We have just returned from another visit to central Nevada, specifically the Lahontan Valley in Nevada’s Great Basin. The town of Fallon, where I grew up, sits in the middle of the valley. This is always our base camp, and we do day trips and overnights from there. On this trip we visited Lake Lahontan for some swimming, Grimes Point to view petroglyphs and to run, the town of Yerington, Stillwater Marsh and many irrigation ditches for birding, and we watched fighter jets and helicopters fly all around the valley. We also visited the site of a recent jet crash near the navy base southeast of Fallon- this was one of Nicolai’s favorite parts of the trip.
The local news outlet, the Lahontan Valley News, reported on 08 July, 2010 that an A-4 Skyhawk jet had crashed just north of the Fallon Naval Air Station. The pilot ejected safely, bringing the jet down in a field just outside the base. No one was hurt, and no property was damaged. Had the pilot not brought the jet down where he did, the situation could have been much worse. The news report stated that the jet was contractor-owned and the pilot a civilian, tasked to simulate enemy aircraft for training purposes.
Nicolai was fascinated by the crash site, and we approached it as crash investigators might. We spent a couple of hours at the site, with Nicolai photographing and drawing the point of impact, the burn scar, debris field, and the bits of debris still at the site.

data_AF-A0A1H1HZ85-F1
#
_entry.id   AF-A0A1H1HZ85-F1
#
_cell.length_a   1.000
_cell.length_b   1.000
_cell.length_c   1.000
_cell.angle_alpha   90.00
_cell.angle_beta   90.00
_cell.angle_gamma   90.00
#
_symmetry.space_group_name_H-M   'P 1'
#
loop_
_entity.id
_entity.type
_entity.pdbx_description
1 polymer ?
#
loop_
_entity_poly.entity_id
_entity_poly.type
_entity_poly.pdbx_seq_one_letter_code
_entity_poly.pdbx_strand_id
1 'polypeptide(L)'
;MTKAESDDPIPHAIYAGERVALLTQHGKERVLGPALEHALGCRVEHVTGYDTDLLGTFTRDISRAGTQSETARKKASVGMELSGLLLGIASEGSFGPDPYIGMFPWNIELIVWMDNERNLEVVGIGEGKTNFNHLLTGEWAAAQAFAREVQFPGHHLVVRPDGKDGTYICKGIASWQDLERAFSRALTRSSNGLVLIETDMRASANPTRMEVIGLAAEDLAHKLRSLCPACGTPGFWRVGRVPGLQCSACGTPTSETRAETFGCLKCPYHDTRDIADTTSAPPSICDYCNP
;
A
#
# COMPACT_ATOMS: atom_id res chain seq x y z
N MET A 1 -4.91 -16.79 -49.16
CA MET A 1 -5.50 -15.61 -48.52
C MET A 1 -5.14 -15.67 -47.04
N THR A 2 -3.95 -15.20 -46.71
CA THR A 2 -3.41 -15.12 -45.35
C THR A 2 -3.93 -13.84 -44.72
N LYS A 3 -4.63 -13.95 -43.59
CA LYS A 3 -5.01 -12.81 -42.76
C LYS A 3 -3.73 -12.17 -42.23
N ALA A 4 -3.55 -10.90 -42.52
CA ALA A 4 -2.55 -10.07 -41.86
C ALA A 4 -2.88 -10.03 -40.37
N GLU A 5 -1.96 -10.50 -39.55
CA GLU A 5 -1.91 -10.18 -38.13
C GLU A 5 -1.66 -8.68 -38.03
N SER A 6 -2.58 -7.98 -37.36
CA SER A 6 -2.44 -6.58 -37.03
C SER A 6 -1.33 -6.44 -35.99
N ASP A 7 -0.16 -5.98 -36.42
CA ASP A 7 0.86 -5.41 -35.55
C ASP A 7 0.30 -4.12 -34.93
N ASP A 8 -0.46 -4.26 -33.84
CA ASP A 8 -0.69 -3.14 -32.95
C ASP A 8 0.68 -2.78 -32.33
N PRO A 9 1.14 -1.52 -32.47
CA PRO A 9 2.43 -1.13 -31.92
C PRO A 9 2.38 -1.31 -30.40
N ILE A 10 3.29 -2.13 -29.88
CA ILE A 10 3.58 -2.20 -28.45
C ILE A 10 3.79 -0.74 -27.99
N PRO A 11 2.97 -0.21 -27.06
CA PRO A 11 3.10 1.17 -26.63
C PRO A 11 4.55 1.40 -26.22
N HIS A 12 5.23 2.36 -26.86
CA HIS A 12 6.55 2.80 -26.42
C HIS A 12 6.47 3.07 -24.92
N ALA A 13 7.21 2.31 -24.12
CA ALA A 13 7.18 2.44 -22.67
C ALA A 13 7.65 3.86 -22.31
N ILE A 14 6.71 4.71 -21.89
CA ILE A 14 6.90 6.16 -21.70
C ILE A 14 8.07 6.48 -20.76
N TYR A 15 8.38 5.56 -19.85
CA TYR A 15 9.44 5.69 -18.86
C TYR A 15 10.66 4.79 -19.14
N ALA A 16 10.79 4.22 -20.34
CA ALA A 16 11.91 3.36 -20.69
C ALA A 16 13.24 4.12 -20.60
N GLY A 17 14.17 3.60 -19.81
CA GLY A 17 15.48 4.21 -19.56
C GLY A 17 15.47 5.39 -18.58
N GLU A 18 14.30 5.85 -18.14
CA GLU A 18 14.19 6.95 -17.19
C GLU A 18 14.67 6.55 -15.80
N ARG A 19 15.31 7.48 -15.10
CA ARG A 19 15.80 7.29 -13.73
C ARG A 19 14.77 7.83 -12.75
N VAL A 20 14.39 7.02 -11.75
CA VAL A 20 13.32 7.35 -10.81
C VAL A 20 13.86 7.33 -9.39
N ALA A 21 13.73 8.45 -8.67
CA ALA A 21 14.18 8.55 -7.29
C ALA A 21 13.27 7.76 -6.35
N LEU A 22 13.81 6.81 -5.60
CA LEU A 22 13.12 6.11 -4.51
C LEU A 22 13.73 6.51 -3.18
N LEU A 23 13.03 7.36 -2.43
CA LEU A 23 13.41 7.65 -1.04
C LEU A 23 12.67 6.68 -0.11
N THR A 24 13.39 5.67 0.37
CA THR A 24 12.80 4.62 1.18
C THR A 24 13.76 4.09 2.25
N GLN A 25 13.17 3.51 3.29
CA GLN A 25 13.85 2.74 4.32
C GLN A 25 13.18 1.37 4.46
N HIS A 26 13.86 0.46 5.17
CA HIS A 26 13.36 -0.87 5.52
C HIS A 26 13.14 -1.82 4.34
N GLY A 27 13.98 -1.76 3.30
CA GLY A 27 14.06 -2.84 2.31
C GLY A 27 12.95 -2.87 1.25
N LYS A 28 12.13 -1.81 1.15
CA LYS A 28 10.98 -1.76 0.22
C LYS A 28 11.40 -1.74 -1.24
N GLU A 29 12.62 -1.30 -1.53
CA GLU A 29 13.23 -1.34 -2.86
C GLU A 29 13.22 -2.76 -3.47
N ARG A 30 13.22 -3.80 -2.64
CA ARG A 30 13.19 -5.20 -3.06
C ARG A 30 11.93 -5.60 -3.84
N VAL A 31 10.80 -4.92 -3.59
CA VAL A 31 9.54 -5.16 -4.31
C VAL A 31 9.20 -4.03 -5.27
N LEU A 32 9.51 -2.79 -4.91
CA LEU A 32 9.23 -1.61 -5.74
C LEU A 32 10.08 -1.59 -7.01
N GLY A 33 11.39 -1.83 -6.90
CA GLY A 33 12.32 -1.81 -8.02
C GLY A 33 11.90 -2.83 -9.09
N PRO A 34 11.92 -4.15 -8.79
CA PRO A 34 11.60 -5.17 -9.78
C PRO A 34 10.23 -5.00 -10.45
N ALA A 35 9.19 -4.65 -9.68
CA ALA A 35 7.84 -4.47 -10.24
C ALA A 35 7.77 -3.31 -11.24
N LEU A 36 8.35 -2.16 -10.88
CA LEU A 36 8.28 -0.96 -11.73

Jet crashes are unfortunately not uncommon for the area, with the Fallon Naval Air Station being a primary training center for pilots. Most of the crashes I am aware of have occurred on the bombing ranges, and not in inhabited areas, as this one did.
Every visit to Fallon requires a trip to Grimes Point Archaeological Area. The Grimes Point Petroglyph Trail is a short walk, maybe 1/2 mile, that takes you by at least 25 boulders bearing rock art that is as much as 7000 years old. Nearby caves hold clues to the ancient past and were used for storage, living, and burial. The more important caves have been secured, but there are tours available of Hidden Cave. You can visit the Churchill County Museum for more information regarding the cave tour and the history of Fallon and the Lahontan Valley. Also see their PDF on the Hidden Cave tour and Grimes Point. See our June 2008 blog post on Grimes Point for more information on archaeological research at the site and on the prehistory of the area.
For runners and mountain bikers, Grimes Point is an excellent choice for long runs or rides. I usually manage to get in a couple of easy 2 or 3 hours runs on the dirt roads in the area. You can ride or run for hours on the endless dirt roads and tracks throughout the area.
Birding in the Lahontan Valley
The area around Fallon has great birding- the Stillwater National Wildlife Refuge east of Fallon is known internationally for its water and shore bird populations. According to the Fish and Wildlife Service web page for the refuge, over 280 species of birds have been seen there. This may seem like an unlikely number of species for an arid, high desert region. But the Carson Sink, the location of the Stillwater National Wildlife Refuge and the adjacent Fallon National Wildlife Refuge, marks the end point of the Carson River. It is here that water travelling through the Lahontan Valley forms the Stillwater Marsh. On this visit within the first half hour we had seen flocks of White-faced ibis, American avocets, American white pelicans, Great blue herons, various egrets, a few Golden eagles, and gulls and coots. If you are looking to fill out the shore birds on your life list, this is the place to do it.
Check back in a few days for the second part of our Nevada Trip Report. We will cover new dining options in Fallon, visiting Lake Lahontan, and visiting the town of Yerington.